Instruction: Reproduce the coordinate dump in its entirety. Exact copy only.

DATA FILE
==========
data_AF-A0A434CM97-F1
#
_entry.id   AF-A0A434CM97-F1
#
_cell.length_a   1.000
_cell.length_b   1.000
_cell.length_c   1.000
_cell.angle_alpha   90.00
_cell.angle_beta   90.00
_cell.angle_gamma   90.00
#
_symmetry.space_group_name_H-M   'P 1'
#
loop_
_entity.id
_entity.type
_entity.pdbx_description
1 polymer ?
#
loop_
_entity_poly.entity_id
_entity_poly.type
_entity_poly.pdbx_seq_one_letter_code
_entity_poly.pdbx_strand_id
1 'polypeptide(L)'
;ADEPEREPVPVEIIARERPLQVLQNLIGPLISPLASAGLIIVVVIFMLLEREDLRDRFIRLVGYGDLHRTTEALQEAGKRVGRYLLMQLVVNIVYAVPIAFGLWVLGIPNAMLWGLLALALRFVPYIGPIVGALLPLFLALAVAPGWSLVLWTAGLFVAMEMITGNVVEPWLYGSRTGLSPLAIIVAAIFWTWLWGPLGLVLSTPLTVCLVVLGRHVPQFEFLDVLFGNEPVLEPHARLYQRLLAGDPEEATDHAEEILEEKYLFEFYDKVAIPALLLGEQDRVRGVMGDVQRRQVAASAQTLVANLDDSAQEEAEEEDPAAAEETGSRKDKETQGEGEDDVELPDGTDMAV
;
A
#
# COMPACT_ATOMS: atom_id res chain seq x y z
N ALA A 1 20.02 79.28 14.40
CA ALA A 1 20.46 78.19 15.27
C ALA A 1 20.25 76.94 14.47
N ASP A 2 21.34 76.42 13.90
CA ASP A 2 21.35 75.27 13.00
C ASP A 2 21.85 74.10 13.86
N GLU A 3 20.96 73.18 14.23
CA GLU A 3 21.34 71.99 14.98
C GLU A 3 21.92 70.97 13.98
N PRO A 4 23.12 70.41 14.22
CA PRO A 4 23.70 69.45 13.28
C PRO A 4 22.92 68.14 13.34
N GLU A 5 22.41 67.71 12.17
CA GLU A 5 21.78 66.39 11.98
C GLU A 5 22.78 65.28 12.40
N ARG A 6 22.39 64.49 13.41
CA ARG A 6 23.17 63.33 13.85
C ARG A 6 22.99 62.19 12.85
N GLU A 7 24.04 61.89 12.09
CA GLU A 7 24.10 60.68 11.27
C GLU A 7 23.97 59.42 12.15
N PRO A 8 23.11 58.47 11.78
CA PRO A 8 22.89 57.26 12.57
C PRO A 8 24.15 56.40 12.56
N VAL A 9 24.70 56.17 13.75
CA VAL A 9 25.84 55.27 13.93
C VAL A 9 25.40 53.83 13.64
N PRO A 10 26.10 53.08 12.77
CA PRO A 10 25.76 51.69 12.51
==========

data_AF-A0A434CM97-F1
#
_entry.id   AF-A0A434CM97-F1
#
_cell.length_a   1.000
_cell.length_b   1.000
_cell.length_c   1.000
_cell.angle_alpha   90.00
_cell.angle_beta   90.00
_cell.angle_gamma   90.00
#
_symmetry.space_group_name_H-M   'P 1'
#
loop_
_entity.id
_entity.type
_entity.pdbx_description
1 polymer ?
#
loop_
_entity_poly.entity_id
_entity_poly.type
_entity_poly.pdbx_seq_one_letter_code
_entity_poly.pdbx_strand_id
1 'polypeptide(L)'
;ADEPEREPVPVEIIARERPLQVLQNLIGPLISPLASAGLIIVVVIFMLLEREDLRDRFIRLVGYGDLHRTTEALQEAGKRVGRYLLMQLVVNIVYAVPIAFGLWVLGIPNAMLWGLLALALRFVPYIGPIVGALLPLFLALAVAPGWSLVLWTAGLFVAMEMITGNVVEPWLYGSRTGLSPLAIIVAAIFWTWLWGPLGLVLSTPLTVCLVVLGRHVPQFEFLDVLFGNEPVLEPHARLYQRLLAGDPEEATDHAEEILEEKYLFEFYDKVAIPALLLGEQDRVRGVMGDVQRRQVAASAQTLVANLDDSAQEEAEEEDPAAAEETGSRKDKETQGEGEDDVELPDGTDMAV
;
A
#
# COMPACT_ATOMS: atom_id res chain seq x y z
N ALA A 1 20.02 79.28 14.40
CA ALA A 1 20.46 78.19 15.27
C ALA A 1 20.25 76.94 14.47
N ASP A 2 21.34 76.42 13.90
CA ASP A 2 21.35 75.27 13.00
C ASP A 2 21.85 74.10 13.86
N GLU A 3 20.96 73.18 14.23
CA GLU A 3 21.34 71.99 14.98
C GLU A 3 21.92 70.97 13.98
N PRO A 4 23.12 70.41 14.22
CA PRO A 4 23.70 69.45 13.28
C PRO A 4 22.92 68.14 13.34
N GLU A 5 22.41 67.71 12.17
CA GLU A 5 21.78 66.39 11.98
C GLU A 5 22.78 65.28 12.40
N ARG A 6 22.39 64.49 13.41
CA ARG A 6 23.17 63.33 13.85
C ARG A 6 22.99 62.19 12.85
N GLU A 7 24.04 61.89 12.09
CA GLU A 7 24.10 60.68 11.27
C GLU A 7 23.97 59.42 12.15
N PRO A 8 23.11 58.47 11.78
CA PRO A 8 22.89 57.26 12.57
C PRO A 8 24.15 56.40 12.56
N VAL A 9 24.70 56.17 13.75
CA VAL A 9 25.84 55.27 13.93
C VAL A 9 25.40 53.83 13.64
N PRO A 10 26.10 53.08 12.77
CA PRO A 10 25.76 51.69 12.51